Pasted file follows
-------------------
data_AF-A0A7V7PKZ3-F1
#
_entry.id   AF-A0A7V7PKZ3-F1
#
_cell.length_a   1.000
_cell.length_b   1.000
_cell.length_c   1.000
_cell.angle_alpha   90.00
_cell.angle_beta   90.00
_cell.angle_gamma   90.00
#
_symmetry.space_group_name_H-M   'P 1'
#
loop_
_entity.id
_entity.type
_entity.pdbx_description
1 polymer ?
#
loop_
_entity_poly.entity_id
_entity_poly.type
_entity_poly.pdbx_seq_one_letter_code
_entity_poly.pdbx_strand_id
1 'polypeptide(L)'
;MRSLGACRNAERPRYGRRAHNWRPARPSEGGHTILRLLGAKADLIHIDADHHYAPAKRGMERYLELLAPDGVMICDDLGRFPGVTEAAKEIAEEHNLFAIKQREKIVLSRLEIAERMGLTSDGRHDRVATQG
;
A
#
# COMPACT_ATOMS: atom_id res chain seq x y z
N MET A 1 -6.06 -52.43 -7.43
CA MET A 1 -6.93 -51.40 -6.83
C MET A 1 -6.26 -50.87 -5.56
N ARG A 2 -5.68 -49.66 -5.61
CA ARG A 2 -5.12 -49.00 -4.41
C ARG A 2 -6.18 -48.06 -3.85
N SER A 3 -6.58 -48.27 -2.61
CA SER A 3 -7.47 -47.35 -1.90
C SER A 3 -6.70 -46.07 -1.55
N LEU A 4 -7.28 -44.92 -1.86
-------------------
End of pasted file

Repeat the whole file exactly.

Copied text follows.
data_AF-A0A7V7PKZ3-F1
#
_entry.id   AF-A0A7V7PKZ3-F1
#
_cell.length_a   1.000
_cell.length_b   1.000
_cell.length_c   1.000
_cell.angle_alpha   90.00
_cell.angle_beta   90.00
_cell.angle_gamma   90.00
#
_symmetry.space_group_name_H-M   'P 1'
#
loop_
_entity.id
_entity.type
_entity.pdbx_description
1 polymer ?
#
loop_
_entity_poly.entity_id
_entity_poly.type
_entity_poly.pdbx_seq_one_letter_code
_entity_poly.pdbx_strand_id
1 'polypeptide(L)'
;MRSLGACRNAERPRYGRRAHNWRPARPSEGGHTILRLLGAKADLIHIDADHHYAPAKRGMERYLELLAPDGVMICDDLGRFPGVTEAAKEIAEEHNLFAIKQREKIVLSRLEIAERMGLTSDGRHDRVATQG
;
A
#
# COMPACT_ATOMS: atom_id res chain seq x y z
N MET A 1 -6.06 -52.43 -7.43
CA MET A 1 -6.93 -51.40 -6.83
C MET A 1 -6.26 -50.87 -5.56
N ARG A 2 -5.68 -49.66 -5.61
CA ARG A 2 -5.12 -49.00 -4.41
C ARG A 2 -6.18 -48.06 -3.85
N SER A 3 -6.58 -48.27 -2.61
CA SER A 3 -7.47 -47.35 -1.90
C SER A 3 -6.70 -46.07 -1.55
N LEU A 4 -7.28 -44.92 -1.86